What are woodchucks? — Brittany’s student essay

What Are Woodchucks?

“How much wood would a woodchuck chuck, If a woodchuck could chuck wood?” Since a young age, we have heard this nursery rhyme over and over again. But what is a woodchuck? Does a woodchuck actually chuck wood?

The answer is actually no. “Woodchucks”, along with “whistle-pig”, are just other names for the groundhog. Groundhogs got the name woodchuck from the adaptation of their Native American names over the years: wuchak and wejack, which mean digger, and possibly otchek, which means fisher.

Groundhogs do not tend go for fish or wood though for their main source of food, instead they fish for vegetables, fruit, and grub. They will scavenge for food all spring, summer, and some of the fall, filling themselves up on whatever they can find near their home. 

This does not exclude farmer’s crops or people’s gardens. Groundhogs are known for digging multiple tunnels into human’s vegetable and fruit growing areas to take their share of the lushes results of human labor and patience. 

After feasting upon all foods in their herbivore diet within a 5 to 50 feet radius of their den, they will travel back to their den and take a long nap over the winter known as hibernation. Groundhogs are one of the true hibernating species, meaning they lose up to half their body weight during the process and stay asleep for the entire winter season.

While in hibernation, the groundhog is able to achieve some amazing feats. They are able to slow their heartbeat to 5 beats per minute, they slow their respiration rate to as many as 2 breaths per minute, and they lower their body temperature to as low as 37 degrees Fahrenheit. 

To compare this to the average statistics of a groundhog when they are awake in the summer, their average heart rate is around 80 beats per minute and their average respiration rate is 16 breaths per minute, and their average body temperature is about 99 degrees Fahrenheit. Groundhogs are able to lower every aspect of their bodies’ functions to reduce the amount of energy that is used within their body to allow for them to stay asleep for a long time.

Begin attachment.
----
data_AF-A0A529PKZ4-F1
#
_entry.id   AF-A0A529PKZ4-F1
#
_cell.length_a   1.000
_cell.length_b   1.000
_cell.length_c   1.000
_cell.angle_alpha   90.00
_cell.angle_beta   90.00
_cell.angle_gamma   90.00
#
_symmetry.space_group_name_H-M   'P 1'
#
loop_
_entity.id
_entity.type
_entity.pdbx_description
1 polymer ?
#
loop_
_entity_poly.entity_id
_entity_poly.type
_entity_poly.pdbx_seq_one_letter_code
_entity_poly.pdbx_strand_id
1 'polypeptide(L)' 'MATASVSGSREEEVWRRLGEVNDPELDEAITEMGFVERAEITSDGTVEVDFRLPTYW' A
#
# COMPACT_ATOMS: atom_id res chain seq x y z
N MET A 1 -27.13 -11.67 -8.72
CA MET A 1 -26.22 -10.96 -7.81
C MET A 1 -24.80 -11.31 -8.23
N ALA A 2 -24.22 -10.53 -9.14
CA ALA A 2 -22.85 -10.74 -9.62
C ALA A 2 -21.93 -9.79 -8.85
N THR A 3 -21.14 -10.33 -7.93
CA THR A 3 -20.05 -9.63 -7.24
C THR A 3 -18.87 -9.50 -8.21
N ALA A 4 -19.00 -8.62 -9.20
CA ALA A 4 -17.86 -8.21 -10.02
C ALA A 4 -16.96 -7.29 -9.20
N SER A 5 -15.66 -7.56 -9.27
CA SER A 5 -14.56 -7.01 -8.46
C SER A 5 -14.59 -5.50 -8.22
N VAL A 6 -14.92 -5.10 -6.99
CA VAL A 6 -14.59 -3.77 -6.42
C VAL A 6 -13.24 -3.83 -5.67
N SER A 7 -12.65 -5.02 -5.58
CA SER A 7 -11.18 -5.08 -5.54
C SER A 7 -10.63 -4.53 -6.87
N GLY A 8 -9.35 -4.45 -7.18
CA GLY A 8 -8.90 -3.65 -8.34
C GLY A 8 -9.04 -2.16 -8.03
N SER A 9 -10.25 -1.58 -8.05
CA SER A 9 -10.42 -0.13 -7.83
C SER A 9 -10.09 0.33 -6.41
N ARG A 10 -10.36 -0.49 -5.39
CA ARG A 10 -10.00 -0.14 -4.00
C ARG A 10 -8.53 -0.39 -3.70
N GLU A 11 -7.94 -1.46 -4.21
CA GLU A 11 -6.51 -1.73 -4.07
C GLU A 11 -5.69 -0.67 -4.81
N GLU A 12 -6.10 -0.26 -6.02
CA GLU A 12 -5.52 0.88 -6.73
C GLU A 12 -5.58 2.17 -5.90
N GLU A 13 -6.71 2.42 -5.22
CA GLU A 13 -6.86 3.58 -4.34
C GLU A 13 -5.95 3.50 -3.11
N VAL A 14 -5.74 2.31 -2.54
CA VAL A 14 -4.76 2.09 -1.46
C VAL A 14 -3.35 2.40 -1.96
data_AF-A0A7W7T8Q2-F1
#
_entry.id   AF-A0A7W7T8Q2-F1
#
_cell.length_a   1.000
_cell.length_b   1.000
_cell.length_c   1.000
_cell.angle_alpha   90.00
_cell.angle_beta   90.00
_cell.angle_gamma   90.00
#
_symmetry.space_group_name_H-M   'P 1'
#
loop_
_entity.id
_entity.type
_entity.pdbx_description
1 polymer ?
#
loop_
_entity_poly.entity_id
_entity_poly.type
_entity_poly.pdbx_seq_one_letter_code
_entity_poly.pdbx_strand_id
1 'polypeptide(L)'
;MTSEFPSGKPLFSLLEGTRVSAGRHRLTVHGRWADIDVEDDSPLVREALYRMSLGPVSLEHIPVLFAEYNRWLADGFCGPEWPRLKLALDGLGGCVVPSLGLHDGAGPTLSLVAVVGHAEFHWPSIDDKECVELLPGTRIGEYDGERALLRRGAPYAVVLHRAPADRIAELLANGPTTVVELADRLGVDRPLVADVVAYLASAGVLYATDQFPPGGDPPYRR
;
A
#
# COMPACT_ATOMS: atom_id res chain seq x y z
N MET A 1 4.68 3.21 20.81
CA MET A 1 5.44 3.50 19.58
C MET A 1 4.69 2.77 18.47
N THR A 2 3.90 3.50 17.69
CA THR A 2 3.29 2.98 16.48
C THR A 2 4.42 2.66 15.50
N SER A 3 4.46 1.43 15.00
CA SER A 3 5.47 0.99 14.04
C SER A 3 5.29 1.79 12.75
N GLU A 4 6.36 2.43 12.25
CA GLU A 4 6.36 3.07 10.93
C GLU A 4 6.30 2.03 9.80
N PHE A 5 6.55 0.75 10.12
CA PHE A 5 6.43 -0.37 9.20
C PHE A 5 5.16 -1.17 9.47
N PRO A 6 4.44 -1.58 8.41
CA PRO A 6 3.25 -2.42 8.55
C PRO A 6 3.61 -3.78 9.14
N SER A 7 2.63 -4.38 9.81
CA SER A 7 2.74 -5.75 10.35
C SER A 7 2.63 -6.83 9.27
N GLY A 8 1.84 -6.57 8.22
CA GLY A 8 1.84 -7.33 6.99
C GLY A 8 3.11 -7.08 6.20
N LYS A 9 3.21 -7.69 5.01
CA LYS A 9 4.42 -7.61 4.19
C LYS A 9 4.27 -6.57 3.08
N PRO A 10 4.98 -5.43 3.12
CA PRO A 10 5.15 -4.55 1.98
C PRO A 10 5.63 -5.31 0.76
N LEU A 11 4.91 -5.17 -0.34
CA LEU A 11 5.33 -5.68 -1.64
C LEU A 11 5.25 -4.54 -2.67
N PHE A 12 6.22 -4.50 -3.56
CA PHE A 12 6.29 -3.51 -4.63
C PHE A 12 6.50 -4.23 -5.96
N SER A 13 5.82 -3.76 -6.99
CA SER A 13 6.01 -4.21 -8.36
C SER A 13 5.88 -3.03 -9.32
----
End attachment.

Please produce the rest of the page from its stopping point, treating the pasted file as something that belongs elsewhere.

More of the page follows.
Groundhog popping out of his hole

Additionally in hibernation, they survive off all the fat they stored from the spring and summer from munching on all the food around them; therefore, they do not have to wake up and feast again during the winter to keep themselves alive. 

However, this hibernation can not last forever. There is only so much body fat the groundhogs have to live off of. Once the groundhog’s body feels they are in need of more nutrition for energy, they wake up from hibernation. This typically happens in February, which is where groundhogs are given their own special holiday, Groundhog’s Day.

The theory behind this day is if the groundhog comes out of hibernation and sees his shadow made from the sun, then the groundhog will go back into his den and continue hibernation and winter will continue for six more weeks. On the other hand, if the groundhog does not see its shadow, then the groundhog will come out of hibernation and there will be an early spring that year.

Whether you call them woodchucks,whistle-pigs, or groundhogs, they are interesting creatures to look into to their history and habits. Although they are sometimes pesky and robbers of gardens, they are an important part of the food chain and the maintenance of the earth.

Author: Brittany Clark

University of Georgia


  • https://www.livescience.com/57922-groundhog-facts.html
  • https://now.tufts.edu/articles/five-things-you-didn-t-know-about-groundhogs

Student Scholarships

Every year Thrive Pest Control hosts an essay contest and the reward is a 1-year scholarship at a 4-year university in the United States. This blog post is one of those scholarships.